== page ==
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Facial Rigging Demo – iAnimate Workshop

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Last month, I have completed facial rigging workshop at iAnimate, instructed by Jonah Austin. Currently, Jonah is working as Sr. Animator at Activision but previously, he also worked on facial animations for The Curious Case of Benjamin Button, Tron and Beowulf. I had the opportunity to develop my skills and gain professional insight into technical aspects of building a robust facial rigging. Above, you can see the final result of the workshop. I have implemented all the features we learned throughout the workshop and this quick animation pass test demonstrates how blendshape interpolation works and depicts the capabilities of joint movement.

The workshop covered joint setup,  FACS system, skinning process, soft eye system, creating blendshapes, phonemes and vizemes for lip-synch, automating process (MEL and Python tips such as mirroring blendshapes) and creating UI controls to drive the blendshapes and joints. You can read the details about workshops here. If you have any questions, I would gladly reply. Leave a comment below or reach me out.

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1917 – A minimalist mobile game [WIP]

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El-Lissitzky’s thought provoking composition, “Beat the Whites with Red Wedge”, was always inspirational for me. I was at high school when I first saw it. The painting was created in 1919 as a Soviet propaganda poster and I was simply impressed that so much meaning can be conveyed through the use of so little. Later on, I wondered: can we translate this composition into a gameplay?

In the composition, the red triangle represents bolsheviks, known as communists, and hints at Red Army that was established immediately after the revolution. The white circle, on the other hand, symbolizes the White movement, or described as the military army of Imperial Russia and the force that fought against bolsheviks. Besides, it is also possible to see Russian text rendered on the painting, which is the title of composition. Furthermore, this litographic painting is also an important example to illustrate constructivist art movement in Soviet Russia and it became popular in West when the artist moved to East Germany in 1921.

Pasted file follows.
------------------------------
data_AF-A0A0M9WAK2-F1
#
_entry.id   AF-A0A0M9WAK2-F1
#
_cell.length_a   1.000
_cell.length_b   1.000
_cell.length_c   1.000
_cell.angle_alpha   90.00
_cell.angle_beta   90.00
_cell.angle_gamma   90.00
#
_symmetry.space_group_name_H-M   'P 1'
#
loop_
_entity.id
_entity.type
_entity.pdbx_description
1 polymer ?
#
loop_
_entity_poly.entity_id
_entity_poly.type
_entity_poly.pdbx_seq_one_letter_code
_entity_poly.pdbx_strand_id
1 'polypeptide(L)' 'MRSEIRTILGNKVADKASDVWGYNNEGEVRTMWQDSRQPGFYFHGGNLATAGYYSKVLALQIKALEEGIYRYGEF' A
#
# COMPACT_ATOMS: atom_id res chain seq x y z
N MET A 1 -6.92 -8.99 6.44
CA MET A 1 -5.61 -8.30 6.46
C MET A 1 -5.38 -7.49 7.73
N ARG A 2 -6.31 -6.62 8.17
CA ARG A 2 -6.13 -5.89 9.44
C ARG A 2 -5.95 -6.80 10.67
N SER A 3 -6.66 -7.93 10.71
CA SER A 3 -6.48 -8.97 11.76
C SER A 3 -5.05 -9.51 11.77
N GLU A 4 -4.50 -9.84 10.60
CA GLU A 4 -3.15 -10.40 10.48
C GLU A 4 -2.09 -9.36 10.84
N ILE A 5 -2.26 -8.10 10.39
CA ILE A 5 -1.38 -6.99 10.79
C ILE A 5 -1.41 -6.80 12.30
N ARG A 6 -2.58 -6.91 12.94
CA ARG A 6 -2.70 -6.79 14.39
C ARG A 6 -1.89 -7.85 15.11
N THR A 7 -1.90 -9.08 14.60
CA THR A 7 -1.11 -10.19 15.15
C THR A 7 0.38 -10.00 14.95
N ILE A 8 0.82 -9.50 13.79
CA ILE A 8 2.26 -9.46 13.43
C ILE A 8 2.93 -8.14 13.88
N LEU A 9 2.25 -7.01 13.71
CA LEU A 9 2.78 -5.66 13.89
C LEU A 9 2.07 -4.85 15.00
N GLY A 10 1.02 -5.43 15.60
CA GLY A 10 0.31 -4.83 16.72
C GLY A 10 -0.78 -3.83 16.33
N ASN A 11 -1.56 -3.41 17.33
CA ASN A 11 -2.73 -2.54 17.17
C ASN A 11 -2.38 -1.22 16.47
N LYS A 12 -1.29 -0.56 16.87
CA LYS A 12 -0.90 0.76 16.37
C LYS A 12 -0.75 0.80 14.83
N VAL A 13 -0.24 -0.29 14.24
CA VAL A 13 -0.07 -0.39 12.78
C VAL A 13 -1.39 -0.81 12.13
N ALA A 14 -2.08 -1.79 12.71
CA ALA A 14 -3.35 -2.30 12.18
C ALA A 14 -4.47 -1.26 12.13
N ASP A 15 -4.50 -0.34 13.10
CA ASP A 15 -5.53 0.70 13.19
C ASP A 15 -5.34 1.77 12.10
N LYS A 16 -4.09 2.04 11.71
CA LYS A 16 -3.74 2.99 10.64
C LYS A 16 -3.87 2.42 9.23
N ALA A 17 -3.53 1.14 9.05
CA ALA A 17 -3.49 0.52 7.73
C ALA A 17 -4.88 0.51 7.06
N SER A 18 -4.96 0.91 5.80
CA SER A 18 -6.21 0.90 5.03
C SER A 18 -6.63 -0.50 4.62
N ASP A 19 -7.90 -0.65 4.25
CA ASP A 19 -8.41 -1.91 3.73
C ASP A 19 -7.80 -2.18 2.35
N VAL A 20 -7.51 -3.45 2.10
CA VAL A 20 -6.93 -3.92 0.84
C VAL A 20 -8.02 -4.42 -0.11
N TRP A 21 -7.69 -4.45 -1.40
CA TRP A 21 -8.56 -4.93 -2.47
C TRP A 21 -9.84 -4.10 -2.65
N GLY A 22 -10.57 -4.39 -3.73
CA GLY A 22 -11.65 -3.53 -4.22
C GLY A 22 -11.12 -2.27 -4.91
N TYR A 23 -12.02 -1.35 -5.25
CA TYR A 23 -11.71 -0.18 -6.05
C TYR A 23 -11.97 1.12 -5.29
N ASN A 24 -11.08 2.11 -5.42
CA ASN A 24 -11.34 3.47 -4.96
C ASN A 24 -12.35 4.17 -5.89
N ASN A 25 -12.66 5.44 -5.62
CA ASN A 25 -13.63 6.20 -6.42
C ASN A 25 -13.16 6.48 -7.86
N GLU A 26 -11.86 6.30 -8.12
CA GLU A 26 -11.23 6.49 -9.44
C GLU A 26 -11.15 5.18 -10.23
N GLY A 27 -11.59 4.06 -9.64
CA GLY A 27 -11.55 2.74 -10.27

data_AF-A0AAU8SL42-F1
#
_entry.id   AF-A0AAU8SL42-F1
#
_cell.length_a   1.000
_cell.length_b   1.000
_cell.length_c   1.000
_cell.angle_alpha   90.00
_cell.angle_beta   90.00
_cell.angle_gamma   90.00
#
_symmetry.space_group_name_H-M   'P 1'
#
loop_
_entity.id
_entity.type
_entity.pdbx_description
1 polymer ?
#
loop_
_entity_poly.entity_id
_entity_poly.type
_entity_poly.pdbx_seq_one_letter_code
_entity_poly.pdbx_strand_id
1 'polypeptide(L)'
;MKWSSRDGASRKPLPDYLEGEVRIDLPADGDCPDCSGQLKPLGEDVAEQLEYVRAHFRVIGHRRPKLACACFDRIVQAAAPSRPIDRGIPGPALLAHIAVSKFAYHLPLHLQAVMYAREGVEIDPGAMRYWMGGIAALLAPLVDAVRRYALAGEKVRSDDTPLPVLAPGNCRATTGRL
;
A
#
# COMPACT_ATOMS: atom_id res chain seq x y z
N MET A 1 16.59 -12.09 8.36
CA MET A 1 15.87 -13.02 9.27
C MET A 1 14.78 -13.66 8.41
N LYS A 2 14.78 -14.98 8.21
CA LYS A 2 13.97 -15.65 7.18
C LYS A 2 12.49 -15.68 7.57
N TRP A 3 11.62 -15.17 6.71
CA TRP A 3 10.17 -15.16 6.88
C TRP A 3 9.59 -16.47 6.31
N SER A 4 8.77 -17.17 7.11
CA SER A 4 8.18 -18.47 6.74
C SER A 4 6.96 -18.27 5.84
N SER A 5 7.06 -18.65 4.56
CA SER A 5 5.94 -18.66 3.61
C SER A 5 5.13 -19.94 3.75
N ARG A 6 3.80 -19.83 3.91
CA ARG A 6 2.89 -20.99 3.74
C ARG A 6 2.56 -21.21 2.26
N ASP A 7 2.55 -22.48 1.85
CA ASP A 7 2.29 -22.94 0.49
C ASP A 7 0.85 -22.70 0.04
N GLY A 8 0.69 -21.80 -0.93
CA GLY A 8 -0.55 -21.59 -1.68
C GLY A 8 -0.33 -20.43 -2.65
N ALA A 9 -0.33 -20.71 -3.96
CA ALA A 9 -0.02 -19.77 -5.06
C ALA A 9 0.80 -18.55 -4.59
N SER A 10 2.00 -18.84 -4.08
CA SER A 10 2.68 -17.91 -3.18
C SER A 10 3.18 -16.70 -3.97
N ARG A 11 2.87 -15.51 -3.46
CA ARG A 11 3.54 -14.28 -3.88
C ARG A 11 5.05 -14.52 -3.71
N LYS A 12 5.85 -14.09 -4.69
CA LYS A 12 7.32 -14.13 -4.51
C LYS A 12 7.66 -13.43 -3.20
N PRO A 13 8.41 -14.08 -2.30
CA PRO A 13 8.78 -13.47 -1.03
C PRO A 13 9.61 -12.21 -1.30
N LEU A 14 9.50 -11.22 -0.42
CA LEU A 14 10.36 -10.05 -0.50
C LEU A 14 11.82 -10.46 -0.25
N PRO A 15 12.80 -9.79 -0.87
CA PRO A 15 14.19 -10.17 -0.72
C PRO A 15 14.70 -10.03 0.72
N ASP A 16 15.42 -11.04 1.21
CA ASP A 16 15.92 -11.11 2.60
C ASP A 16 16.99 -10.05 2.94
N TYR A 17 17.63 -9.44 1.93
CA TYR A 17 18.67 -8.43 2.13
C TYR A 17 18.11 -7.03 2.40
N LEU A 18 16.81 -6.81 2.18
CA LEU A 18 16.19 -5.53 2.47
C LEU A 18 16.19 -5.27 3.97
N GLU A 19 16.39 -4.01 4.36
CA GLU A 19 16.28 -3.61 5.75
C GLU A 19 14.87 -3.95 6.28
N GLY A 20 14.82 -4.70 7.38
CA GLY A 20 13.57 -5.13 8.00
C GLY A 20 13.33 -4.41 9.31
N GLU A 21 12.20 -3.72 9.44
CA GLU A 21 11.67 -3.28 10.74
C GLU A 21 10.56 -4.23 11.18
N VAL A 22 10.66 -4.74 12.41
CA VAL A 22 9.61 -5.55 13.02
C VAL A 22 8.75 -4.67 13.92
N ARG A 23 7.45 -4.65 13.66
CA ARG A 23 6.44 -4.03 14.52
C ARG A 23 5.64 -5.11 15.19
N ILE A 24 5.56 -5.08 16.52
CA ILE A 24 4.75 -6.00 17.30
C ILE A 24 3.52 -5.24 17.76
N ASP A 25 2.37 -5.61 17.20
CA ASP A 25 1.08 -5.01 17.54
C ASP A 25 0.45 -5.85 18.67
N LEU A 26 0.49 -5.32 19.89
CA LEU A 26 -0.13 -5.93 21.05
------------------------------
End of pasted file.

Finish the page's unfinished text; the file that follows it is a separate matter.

My passion to understand the painting has led me to work on different prototype manifestations. However, it was hard to find an idea since there were concrete constraints in terms of visual elements, colors and composition. Nevertheless, I kept experimenting.

After trying out several prototypes, I think I managed to create mechanics that conveys the meaning I’m looking for. The first playable prototype, “proof of concept” is on itch.io, Right now, there are eight functional levels but due to some technical problems, I can’t show it publicly yet. However, playtests were promising and I’m looking forward to complete the game. Obviously, the most challenging part of the game is that almost nobody knows the painting, which is not necessarily a bad thing. That’s another design challenge that I try to overcome by referring to real historical events as non-diegetic elements in-between levels. The ultimate goal is to translate the experience of revolution through gameplay mechanics and inform players about relevant historical facts. And although it is playable on a computer, the final game will be released on mobile as the controls work better with touch input and in fact, there will be levels where multitouch input is required and you have to collaborate with other people to beat the game. Collaboration also fits to the concept. My objective is to complete 15 levels and release the game during summer, after handing in my thesis.  The game will be released for free on Android so expect more to come and stay tuned.  And, here is the final pitch for 1917: